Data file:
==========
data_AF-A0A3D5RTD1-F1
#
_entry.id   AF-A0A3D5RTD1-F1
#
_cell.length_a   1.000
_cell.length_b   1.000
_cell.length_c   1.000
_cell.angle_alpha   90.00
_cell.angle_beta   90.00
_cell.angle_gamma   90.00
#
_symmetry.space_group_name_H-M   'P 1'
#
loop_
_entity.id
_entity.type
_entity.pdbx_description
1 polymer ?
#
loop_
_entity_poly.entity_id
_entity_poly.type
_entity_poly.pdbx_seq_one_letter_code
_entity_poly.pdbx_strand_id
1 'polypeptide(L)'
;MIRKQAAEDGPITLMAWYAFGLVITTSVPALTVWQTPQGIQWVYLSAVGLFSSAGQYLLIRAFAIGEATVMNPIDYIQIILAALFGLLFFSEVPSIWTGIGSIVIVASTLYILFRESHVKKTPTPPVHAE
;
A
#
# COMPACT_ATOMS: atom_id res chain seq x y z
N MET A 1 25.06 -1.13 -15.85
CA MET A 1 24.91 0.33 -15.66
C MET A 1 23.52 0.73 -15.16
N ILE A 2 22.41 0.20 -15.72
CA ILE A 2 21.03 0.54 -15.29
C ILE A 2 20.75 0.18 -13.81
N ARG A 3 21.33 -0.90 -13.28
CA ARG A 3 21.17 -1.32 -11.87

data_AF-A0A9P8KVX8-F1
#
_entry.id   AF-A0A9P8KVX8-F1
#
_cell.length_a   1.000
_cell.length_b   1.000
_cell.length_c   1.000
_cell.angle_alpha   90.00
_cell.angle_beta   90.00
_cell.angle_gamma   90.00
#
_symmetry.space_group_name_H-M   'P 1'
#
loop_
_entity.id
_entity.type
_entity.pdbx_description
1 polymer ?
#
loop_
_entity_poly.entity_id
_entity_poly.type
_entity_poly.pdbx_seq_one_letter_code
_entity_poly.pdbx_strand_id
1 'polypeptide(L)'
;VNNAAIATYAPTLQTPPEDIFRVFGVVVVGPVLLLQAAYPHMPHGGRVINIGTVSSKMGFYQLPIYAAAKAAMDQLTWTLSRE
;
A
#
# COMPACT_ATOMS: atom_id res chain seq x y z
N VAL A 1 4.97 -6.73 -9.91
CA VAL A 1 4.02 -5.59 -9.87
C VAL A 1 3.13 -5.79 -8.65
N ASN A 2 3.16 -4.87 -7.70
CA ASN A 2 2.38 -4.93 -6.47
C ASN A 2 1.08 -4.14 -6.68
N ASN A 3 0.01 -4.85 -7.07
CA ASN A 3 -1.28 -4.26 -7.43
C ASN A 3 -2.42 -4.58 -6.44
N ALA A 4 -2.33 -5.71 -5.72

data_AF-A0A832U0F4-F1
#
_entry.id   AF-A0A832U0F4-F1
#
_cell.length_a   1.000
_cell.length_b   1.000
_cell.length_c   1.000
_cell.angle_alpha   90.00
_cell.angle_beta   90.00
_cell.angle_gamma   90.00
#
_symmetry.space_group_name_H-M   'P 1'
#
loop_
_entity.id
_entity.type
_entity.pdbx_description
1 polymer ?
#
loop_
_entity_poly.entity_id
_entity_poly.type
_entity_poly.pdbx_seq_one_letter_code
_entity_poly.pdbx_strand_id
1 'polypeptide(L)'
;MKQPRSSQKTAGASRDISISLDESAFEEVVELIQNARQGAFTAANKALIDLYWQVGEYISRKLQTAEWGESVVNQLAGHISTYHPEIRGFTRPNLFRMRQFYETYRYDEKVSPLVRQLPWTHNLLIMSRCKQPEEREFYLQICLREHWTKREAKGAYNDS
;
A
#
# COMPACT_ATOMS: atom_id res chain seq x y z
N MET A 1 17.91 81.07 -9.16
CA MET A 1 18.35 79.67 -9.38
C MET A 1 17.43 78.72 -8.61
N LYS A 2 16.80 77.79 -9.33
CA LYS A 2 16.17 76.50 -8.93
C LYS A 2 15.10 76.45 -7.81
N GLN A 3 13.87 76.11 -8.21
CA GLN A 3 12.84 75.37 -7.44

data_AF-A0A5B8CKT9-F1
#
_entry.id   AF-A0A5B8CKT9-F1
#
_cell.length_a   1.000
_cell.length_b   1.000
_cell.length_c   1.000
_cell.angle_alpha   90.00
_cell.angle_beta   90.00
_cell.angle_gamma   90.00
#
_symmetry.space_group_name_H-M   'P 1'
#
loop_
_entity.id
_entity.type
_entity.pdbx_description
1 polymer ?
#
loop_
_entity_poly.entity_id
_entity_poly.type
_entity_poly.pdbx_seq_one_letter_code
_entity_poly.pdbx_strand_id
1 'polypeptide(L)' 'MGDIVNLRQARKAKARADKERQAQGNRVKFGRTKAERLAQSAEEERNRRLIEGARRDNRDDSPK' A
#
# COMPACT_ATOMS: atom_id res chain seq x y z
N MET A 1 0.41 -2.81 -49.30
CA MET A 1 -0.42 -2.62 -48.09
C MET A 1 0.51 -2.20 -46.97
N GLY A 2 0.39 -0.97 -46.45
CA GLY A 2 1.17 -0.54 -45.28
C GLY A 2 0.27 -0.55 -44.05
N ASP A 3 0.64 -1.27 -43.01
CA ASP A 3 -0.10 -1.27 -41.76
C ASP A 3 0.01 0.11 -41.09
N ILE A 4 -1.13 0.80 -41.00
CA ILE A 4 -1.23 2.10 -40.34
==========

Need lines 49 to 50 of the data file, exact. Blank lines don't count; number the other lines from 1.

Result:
#
_symmetry.space_group_name_H-M   'P 1'